Discussion in 'General Education' started by a_apple_z_zebra, May 2, 2008.
May 2, 2008
Quick question: How many books are too many books?
LOL Don't ask me. I have several hundred. I count on about 20 walking away and not returning every year, but I am always bargain hunting to add more.
Yes; but it's too easy to "re-stock," isn't it?
It's just like a "kid in a candy store," everything looks so colorful and interesting.
If you ever think there are too many, just start rotations of book .
Here are a few things to think about to help you determine the appropriate amount of books:
What grade level do you teach?
Do kids have all acess to the books?
Are they organized? How?
Is your space adequate?
If the book has a purpose, then it should be in your classroom. If you feel like you have too many books, than rotate the books, or split of the books into different areas of the room.
There are times when I think that I have too many books available for my kids to use, but then when I am teaching certan units I am defenitely lacking literature as a support. I probably have one of the largest libraries on my grade level, but I really think that early readers need to see the importance of books and have a wide variety of options.
I have walked into 4th and 5th grade classes that have less than 100 books and the students are really deprived of good literature. On the other side, I've seen teachers who have HUGE libraries. Some are organized and are stocked with quality books, yet others are disorganized, aren't utilized to the fullest, and are not taken care of.
Long story short....there is no magic number of how many to have.
I don't think that there can be such a thing.
There was once a quiz on scholastic where you could check and see if your library is adequate.
Here is the article, but no quiz.
I don't teach younger kids, so having the older ones (junior high school and Grade 10) I can have more books on a wide variety of topics. I love my classroom space this year. I have plenty of shelves. I have the books organized by genre and I still have space! I don't know what I'll do next year... maybe not teach English...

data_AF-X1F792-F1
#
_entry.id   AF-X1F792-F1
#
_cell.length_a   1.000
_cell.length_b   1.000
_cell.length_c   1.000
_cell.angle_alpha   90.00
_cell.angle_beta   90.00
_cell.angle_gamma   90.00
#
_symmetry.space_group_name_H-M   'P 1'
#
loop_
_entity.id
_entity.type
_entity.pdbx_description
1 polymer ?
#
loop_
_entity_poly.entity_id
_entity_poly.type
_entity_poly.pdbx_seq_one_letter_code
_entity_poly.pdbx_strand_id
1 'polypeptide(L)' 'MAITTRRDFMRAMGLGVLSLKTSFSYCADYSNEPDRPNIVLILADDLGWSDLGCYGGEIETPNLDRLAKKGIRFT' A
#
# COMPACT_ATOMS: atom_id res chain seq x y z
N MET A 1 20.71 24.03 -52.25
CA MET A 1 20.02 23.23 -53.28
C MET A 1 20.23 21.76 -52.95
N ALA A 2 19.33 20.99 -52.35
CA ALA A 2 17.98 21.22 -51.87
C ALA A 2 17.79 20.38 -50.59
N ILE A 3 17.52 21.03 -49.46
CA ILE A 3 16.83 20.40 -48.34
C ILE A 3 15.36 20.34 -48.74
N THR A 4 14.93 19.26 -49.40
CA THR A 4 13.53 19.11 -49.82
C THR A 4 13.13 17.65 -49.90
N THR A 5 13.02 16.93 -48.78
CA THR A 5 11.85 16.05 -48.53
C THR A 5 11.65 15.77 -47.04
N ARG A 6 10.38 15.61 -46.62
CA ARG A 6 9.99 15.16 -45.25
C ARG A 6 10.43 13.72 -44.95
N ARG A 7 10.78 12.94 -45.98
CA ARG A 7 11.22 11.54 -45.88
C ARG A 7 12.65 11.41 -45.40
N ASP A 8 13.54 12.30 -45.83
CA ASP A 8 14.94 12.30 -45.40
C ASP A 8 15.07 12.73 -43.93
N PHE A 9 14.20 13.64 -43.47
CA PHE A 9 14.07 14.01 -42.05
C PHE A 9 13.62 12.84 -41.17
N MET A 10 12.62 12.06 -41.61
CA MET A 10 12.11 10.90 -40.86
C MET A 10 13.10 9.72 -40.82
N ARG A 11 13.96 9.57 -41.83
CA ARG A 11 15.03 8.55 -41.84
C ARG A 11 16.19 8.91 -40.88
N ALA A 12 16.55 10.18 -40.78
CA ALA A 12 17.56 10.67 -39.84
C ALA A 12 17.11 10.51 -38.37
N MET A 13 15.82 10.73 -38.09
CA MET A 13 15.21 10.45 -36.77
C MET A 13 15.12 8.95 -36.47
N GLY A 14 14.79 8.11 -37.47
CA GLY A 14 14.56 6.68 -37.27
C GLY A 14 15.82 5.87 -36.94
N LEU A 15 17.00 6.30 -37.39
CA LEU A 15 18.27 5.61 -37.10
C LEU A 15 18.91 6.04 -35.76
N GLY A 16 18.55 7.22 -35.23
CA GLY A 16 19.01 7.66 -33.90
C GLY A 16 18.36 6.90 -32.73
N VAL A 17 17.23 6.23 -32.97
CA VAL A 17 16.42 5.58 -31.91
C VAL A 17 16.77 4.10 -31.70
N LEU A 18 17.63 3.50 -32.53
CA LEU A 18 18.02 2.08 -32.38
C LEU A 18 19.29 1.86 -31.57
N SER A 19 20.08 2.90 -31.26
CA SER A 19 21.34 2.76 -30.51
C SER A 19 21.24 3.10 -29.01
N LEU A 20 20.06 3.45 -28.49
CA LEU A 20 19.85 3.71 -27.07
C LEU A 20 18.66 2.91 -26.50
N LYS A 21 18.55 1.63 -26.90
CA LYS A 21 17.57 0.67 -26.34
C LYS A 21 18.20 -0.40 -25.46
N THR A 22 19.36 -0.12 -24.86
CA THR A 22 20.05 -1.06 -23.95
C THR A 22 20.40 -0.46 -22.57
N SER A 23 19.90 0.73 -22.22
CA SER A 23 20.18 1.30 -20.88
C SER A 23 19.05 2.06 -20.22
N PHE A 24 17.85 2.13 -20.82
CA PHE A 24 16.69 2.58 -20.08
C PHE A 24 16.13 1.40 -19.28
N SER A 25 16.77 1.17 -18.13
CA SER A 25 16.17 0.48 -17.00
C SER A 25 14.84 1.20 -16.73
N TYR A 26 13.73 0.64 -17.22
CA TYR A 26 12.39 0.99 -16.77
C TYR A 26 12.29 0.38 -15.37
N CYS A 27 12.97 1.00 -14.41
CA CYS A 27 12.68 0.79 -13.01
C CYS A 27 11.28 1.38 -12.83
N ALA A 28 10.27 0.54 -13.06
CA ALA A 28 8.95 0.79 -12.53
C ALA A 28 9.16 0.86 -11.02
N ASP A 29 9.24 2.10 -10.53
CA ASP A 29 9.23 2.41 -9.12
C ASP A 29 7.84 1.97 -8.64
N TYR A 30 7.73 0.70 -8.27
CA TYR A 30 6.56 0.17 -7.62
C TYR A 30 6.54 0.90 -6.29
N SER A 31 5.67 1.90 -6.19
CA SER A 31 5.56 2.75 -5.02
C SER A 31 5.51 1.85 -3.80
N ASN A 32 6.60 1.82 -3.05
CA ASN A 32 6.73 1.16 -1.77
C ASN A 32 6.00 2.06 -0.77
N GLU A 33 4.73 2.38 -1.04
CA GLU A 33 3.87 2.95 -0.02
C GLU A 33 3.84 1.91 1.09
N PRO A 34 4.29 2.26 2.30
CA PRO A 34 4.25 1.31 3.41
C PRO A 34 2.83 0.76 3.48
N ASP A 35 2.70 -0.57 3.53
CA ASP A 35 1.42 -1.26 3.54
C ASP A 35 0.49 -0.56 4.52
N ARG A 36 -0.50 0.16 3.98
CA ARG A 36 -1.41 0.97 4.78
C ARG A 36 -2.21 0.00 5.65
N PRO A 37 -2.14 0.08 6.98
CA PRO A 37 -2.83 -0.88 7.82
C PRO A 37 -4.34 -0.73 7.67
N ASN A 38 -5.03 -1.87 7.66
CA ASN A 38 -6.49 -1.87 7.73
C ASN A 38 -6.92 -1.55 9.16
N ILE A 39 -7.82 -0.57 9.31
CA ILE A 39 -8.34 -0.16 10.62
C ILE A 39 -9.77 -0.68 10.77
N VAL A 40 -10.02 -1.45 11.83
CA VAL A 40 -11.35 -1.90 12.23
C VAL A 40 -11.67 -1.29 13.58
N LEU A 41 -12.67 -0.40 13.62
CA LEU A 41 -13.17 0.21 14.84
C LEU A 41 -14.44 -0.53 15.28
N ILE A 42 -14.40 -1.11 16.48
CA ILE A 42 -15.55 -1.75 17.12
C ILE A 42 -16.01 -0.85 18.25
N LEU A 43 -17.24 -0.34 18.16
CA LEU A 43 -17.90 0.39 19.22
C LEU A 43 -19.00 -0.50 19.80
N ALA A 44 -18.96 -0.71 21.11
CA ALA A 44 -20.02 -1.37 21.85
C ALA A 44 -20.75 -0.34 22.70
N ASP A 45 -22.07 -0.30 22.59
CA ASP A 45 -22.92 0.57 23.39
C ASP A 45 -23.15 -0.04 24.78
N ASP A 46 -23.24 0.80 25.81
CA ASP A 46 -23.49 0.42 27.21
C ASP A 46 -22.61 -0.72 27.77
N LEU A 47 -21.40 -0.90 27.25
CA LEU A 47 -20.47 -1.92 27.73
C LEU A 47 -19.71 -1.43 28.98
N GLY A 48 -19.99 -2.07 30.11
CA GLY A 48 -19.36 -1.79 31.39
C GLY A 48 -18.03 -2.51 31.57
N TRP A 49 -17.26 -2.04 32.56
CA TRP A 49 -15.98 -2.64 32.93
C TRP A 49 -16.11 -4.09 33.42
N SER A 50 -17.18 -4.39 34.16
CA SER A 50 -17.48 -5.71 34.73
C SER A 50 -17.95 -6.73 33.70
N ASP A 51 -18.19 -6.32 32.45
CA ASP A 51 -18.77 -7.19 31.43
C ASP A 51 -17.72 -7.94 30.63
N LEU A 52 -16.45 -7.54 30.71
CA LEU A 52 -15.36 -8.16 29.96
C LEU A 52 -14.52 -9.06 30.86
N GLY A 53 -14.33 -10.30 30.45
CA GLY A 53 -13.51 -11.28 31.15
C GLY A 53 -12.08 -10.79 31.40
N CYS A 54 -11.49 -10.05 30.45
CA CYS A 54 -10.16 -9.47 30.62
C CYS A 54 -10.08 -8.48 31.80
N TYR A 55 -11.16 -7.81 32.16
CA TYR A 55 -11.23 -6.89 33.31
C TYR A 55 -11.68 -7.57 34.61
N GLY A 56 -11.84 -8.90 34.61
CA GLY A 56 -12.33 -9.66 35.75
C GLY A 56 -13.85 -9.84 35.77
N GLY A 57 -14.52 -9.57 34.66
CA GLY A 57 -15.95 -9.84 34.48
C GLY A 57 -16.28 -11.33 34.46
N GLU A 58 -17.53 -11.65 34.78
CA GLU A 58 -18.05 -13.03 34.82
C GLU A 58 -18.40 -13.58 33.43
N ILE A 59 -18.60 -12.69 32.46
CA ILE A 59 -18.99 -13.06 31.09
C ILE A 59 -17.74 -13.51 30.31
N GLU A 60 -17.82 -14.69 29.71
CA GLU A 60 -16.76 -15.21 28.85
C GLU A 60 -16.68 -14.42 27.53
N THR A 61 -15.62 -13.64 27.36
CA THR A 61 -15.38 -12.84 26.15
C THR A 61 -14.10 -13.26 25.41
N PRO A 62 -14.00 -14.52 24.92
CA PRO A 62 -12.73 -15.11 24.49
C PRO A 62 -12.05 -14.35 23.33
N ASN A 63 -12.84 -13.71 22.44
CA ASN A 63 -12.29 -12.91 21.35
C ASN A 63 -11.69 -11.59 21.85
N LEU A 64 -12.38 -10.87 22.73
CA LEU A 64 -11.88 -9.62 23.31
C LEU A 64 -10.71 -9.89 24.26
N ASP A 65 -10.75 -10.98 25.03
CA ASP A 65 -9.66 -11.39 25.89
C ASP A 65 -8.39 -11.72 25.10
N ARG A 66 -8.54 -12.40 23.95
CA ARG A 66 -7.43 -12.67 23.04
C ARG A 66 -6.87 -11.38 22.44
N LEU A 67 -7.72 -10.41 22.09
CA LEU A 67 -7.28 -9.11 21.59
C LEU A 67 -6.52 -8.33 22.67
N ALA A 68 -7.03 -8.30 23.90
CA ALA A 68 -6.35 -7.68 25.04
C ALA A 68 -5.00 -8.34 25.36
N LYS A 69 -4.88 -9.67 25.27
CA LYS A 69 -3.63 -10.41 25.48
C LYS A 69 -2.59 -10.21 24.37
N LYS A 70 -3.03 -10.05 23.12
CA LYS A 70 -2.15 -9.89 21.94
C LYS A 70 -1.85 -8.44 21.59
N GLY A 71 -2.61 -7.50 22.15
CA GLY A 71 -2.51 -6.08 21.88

Unlikely though, I've taught at least one English class a year, and I'm Social Studies and PE.
I also think a library CAN have too many books. If it is overwhelming, disorganized or not easy to access, it's not going to be easy for the kids to find the books they need. I rotate through my collection frequently, and even move books around in their baskets, so new ones are in the front.
Each year at the end of the year, I have a book trade with my students to support and encourage summer reading. The students can bring a book from home to trade with each other and I give them a book from me. I have purchased most of my books either through Scholastic with points or at Church sales for next to nothing, which is how I can afford to do that. This will eliminate around 25 titles from my libary. I usually choose books from my library that are multiple copies or that have been ignored. (Not because they are not quality but because we read so many Literature Circle books that we tend not to have time to read otherwise.) The kids love walking away with 2 "free" books and I make some much needed room in my library, not to mention making room for new titles next year!
When I got too many to keep out decently, I sorted them into 9groups...one for each month. I pull out a new bunch each month. The kids get excited for the new batch.
I do this now. I have a full bookcase, part of a bookcase for my oversized books, and three tubs on the floor. I hate it. I wish I could display them all and put the tubs on the storage shelves. It is such a pain climbing over and around them and digging to find what I'm looking for. It also makes the reading area uninviting and looks messy/disorganized.
May 3, 2008
I really like that idea; I, too, purchase my books inexpensively, and would really like to try that. Thanks for the idea!